1 December 2020

Learning about Food Security in the Maasai Mara Ecosystem

Available on

About this episode

  Language: English   Duration: 24mins 43secs
 Partners: Nashulai Maasai Conservancy

We sat down with Nelson Ole Reiyia and Maggie Reiyia of the Nashulai Maasai Conservancy to learn how one of Kenya’s first Indigenous-managed conservancies was able to restore food security and self-sufficiency in the face of lost eco-tourism income caused by the COVID-19 pandemic.

About our guest

Nelson Ole Reiyia is the Co-founder and CEO of the Nashulai Maasai Conservancy and Maggie Reiyia is the Family, Gender, and Education Coordinator of the Nashulai Maasai Conservancy, located in the Maasai Mara National Reserve in Sekenani, Kenya. The Nashulai Maasai Conservancy is among the first Indigenous owned and community managed conservancies in East Africa. Home to the Maasai people, the conservancy uses a mixed-use conservation model that combines native habitat restoration, livestock agriculture, leading-edge science, and Indigenous ecological knowledge.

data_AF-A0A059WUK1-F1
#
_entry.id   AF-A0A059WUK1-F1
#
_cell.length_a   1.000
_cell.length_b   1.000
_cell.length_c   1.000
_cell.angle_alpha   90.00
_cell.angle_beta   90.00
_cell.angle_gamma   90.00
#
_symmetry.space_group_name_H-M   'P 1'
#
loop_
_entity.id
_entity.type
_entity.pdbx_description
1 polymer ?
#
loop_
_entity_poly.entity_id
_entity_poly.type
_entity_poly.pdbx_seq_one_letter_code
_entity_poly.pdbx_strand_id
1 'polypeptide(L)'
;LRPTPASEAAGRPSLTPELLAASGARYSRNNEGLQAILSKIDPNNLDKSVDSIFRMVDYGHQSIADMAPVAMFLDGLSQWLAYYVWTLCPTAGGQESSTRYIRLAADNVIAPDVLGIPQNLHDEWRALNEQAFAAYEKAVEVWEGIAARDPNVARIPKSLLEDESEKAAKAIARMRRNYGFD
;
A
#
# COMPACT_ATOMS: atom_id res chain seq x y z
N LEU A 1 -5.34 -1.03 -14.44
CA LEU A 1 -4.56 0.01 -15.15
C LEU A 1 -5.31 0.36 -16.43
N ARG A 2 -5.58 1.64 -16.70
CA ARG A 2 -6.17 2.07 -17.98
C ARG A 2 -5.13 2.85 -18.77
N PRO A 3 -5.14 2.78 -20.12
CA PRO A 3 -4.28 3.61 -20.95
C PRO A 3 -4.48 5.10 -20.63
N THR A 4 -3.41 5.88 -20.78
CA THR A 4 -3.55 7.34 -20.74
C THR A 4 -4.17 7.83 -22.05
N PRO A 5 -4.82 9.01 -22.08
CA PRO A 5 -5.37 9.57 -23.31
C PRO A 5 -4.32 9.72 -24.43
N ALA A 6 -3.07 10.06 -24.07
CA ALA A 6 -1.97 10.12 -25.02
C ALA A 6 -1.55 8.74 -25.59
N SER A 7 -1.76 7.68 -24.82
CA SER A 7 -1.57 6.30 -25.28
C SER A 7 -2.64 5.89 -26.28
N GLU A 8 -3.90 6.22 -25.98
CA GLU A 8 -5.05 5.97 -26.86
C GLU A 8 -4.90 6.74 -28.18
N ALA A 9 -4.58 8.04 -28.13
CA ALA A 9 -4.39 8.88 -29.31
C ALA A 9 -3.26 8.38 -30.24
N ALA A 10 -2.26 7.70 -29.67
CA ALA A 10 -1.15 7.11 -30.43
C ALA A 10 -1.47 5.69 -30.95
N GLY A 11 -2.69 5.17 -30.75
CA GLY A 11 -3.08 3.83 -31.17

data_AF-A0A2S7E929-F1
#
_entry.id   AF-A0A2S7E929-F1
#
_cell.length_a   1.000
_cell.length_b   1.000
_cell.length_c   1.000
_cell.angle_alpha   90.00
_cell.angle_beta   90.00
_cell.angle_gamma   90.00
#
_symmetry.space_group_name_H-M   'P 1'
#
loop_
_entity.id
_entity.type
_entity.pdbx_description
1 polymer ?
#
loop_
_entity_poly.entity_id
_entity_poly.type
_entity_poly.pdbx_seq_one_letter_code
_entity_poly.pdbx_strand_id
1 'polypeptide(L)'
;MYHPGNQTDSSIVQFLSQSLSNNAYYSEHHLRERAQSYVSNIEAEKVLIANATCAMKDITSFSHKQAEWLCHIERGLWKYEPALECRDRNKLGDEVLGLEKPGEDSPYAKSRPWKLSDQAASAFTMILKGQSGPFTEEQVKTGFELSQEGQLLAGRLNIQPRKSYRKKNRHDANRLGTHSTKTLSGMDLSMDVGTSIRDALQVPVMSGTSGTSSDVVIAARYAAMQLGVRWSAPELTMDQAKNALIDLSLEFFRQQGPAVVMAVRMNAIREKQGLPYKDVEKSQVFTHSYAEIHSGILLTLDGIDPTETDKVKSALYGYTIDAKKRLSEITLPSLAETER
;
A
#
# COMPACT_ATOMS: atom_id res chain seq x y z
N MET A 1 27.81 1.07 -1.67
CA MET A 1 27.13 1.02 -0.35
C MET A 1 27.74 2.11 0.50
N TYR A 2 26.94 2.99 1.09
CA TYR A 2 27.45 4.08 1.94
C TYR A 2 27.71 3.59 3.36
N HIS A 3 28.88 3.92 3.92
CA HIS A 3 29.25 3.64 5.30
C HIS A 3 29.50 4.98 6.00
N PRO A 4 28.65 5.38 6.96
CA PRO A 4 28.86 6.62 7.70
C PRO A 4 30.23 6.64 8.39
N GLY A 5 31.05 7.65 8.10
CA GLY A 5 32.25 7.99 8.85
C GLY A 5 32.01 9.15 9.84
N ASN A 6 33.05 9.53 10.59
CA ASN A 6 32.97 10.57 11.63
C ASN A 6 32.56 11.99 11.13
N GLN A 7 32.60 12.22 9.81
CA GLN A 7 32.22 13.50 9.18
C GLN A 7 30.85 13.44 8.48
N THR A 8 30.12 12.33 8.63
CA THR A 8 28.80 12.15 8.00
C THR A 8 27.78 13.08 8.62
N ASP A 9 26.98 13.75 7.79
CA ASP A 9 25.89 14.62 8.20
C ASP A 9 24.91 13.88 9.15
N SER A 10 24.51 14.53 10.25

Latest episodes

1 October 2021

We spoke with Heylin Reyes, coordinator of women empowerment projects at the Association of Indigenous Women of the Cabécar Kábata Könana Territory in Costa Rica. Her association brings together Indigenous women to promote the use of traditional knowledge and practices for food security and medicinal purposes, enhance women leadership and indigenous rights, and protect the surrounding forest.

View episode
29 June 2021

We sat down with Pablo Mis, Program Director of the Maya Leaders Alliance, to learn how the Maya peoples are promoting Indigenous grassroots development through legal land right protections and other forms of advocacy in Southern Belize.

View episode
27 May 2021

We sat down with Ravi Corea, founder of the Sri Lanka Wildlife Conservation Society, to learn how to strategically mediate the ongoing conflicts between humans and elephants and promote sustainable livelihoods, protect wildlife, and achieve a harmonious coexistence.

View episode
11 December 2020

We sat down with Nemonte Nenquimo to learn about the role of indigenous women in the movement for land rights and human rights. Nemonte Nenquimo is the founder of Alianza Ceibo in Ecuador, a Goldman Environmental Prize recipient and one of Time Magazine’s 100 most influential people of 2020. This interview took place in the Newsroom of the Nature for Life Hub on 29 September after the Equator Prize ceremony that celebrated Alianza Ceibo as one of the 2020 winners.

View episode
Subscribe
Notify of
0 Comments
Inline Feedbacks
View all comments